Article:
Parasite turns cells cancerous
istock_dna_dark.jpg
The discovery of how the human liver fluke
causes cancer is the first proof that
parasites can affect human cells.
Image: iStockphoto

Scientists have found that the human liver fluke (Opisthorchis viverrini) contributes to the development of liver cancer by secreting granulin, a growth hormone that is known to cause uncontrolled cell growth.

Drs Michael Smout and Alex Loukas from the Queensland Institute of Medical Research (QIMR) say they are excited by the discovery which is the first research to show that a growth hormone from a parasite can affect human cells.

“It has been known that certain proteins secreted by O. viverrini cause cell growth, however the identity of the protein was unknown. We also knew that the parasite secreted granulin but we did not know that it could affect the human cells around it,” said Dr Loukas.

The International Agency for Research on Cancer classifies the human liver fluke as a Group I Carcinogen, meaning that O. viverrini is a proven cause of cancer of the bile ducts.

“This discovery leads the way to a better understanding of how this parasite causes such a devastating form of cancer,” said Dr. Loukas.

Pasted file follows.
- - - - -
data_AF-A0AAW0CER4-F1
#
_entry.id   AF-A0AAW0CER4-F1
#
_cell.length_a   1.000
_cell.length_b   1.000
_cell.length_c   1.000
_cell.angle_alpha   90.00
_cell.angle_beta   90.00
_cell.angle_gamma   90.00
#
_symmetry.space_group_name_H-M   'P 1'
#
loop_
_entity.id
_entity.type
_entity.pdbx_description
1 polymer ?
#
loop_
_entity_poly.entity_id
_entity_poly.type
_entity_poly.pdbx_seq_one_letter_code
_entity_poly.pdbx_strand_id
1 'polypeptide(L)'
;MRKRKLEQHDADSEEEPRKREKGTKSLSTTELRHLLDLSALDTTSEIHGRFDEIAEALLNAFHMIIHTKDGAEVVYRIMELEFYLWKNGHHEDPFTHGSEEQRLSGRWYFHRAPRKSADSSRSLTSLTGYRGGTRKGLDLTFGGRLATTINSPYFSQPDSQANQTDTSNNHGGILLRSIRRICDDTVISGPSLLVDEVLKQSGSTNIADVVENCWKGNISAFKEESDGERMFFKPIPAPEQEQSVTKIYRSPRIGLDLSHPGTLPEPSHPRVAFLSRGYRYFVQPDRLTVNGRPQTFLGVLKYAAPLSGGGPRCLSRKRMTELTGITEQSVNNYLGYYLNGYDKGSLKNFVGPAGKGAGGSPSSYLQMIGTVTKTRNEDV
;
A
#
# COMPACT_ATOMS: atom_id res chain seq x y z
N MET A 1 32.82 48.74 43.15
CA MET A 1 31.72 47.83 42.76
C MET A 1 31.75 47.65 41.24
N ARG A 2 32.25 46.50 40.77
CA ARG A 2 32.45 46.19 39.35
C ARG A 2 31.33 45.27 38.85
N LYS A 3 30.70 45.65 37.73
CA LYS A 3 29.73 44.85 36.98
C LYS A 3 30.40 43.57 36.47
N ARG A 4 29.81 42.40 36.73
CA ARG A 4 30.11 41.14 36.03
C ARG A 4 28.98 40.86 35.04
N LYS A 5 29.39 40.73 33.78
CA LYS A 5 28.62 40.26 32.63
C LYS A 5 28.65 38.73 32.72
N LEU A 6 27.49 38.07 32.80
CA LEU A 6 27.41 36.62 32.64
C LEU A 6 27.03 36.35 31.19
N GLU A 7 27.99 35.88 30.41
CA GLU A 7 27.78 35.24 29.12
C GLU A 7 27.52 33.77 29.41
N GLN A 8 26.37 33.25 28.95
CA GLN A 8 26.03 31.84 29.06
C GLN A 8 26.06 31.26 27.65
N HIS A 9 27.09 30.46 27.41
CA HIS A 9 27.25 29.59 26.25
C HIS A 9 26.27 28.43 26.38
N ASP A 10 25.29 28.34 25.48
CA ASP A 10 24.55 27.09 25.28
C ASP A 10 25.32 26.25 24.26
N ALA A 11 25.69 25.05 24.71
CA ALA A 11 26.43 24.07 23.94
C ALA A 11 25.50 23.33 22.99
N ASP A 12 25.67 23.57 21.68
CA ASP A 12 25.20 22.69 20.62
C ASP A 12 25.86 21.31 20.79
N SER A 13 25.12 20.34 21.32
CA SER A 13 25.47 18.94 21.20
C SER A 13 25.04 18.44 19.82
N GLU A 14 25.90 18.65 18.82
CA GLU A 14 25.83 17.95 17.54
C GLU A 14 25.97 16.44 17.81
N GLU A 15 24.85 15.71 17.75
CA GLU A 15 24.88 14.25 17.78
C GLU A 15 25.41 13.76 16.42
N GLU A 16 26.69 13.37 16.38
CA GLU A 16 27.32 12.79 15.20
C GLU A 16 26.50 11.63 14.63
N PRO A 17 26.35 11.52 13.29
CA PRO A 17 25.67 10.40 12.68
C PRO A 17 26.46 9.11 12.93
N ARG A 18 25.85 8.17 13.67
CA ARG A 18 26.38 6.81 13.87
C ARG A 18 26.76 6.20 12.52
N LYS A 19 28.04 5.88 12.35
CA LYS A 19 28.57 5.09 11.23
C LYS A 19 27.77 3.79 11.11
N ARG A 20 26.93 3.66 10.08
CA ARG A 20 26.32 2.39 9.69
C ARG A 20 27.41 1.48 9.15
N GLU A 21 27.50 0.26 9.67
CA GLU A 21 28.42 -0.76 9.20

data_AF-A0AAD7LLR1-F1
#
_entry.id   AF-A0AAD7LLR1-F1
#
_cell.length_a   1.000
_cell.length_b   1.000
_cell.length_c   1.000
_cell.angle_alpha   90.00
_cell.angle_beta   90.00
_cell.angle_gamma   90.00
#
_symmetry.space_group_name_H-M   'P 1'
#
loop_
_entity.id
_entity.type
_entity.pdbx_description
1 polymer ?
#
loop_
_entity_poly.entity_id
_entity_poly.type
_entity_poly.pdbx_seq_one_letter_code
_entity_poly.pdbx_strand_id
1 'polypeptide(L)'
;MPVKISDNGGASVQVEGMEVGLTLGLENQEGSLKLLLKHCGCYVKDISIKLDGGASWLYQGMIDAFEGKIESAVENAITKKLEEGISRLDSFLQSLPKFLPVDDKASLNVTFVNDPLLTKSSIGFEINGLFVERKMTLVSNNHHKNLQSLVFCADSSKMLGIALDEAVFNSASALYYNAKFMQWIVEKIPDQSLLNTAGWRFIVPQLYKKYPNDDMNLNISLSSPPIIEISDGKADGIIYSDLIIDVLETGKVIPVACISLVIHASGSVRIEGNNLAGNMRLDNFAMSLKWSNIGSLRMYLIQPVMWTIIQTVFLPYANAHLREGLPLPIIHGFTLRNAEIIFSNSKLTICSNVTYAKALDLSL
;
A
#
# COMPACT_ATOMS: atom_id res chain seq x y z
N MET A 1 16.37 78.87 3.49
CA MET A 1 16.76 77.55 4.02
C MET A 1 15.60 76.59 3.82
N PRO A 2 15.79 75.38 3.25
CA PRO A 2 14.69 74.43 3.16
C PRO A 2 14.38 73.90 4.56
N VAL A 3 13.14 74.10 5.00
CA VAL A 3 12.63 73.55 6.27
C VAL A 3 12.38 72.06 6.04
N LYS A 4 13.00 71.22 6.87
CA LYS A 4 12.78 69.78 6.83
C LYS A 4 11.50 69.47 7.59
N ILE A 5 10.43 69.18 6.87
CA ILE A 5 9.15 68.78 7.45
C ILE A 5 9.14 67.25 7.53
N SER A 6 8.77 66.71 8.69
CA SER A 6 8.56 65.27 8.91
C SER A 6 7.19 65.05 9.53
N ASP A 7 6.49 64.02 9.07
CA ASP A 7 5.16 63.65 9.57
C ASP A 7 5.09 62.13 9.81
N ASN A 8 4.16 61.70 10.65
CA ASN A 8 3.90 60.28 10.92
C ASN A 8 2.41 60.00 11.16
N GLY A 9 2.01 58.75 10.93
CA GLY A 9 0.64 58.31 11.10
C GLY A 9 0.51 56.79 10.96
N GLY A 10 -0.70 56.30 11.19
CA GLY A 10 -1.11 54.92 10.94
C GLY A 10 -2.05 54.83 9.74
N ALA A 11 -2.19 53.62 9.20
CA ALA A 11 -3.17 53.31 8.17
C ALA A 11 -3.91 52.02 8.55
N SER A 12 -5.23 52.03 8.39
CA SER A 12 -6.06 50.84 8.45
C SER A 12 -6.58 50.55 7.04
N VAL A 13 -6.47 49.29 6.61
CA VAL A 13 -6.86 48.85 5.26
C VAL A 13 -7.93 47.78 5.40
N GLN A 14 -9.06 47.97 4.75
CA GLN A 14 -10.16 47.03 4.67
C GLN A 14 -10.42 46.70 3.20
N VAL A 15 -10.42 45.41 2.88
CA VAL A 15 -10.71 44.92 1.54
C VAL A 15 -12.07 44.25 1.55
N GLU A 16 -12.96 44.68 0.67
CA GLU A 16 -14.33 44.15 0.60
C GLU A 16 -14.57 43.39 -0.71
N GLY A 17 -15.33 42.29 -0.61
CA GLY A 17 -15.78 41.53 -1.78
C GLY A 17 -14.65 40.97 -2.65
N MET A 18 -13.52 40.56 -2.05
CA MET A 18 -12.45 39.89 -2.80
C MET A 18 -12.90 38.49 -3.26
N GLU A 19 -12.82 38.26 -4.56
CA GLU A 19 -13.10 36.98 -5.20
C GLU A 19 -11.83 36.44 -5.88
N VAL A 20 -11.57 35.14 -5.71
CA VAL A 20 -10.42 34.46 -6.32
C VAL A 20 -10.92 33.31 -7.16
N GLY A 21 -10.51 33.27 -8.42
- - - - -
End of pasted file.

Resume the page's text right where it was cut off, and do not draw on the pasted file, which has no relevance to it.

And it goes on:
In northern Thailand, where the liver fluke is most common, more than 7 million people are infected at any given time. While less than 1 per cent of people infected with other carcinogenic pathogens develop cancer (e.g. Helicobacter pylori and human papilloma virus), as many as 17 per cent of people infected with O. viverrini could develop cholangiocarcinoma, one of the most fatal forms of liver cancer.

Previously, it was thought that cholangiocarcinoma was caused by the physical damage brought about by the fluke feeding on cells lining the bile ducts, as well as a diet high in nitrosamines from fermented fish (a native dish of Thailand).  It is now thought that the granulin secreted by the parasite is a major contributing factor to developing bile duct cancer.

Scientists used E. coli bacteria to express the O. viverrini granulin, which was shown to induce proliferation in mouse fibroblast cells and human bile duct cancer cells in the absence of the parasite. Proliferation of the cells was halted by adding anti-granulin antibody, consequently proving granulin’s role in producing a cancerous environment.

This research was conducted in collaboration with The University of Queensland, Khon Kaen University in Thailand and George Washington University in the USA. Details are published October 9 in the open-access journal Public Library of Science Pathogens.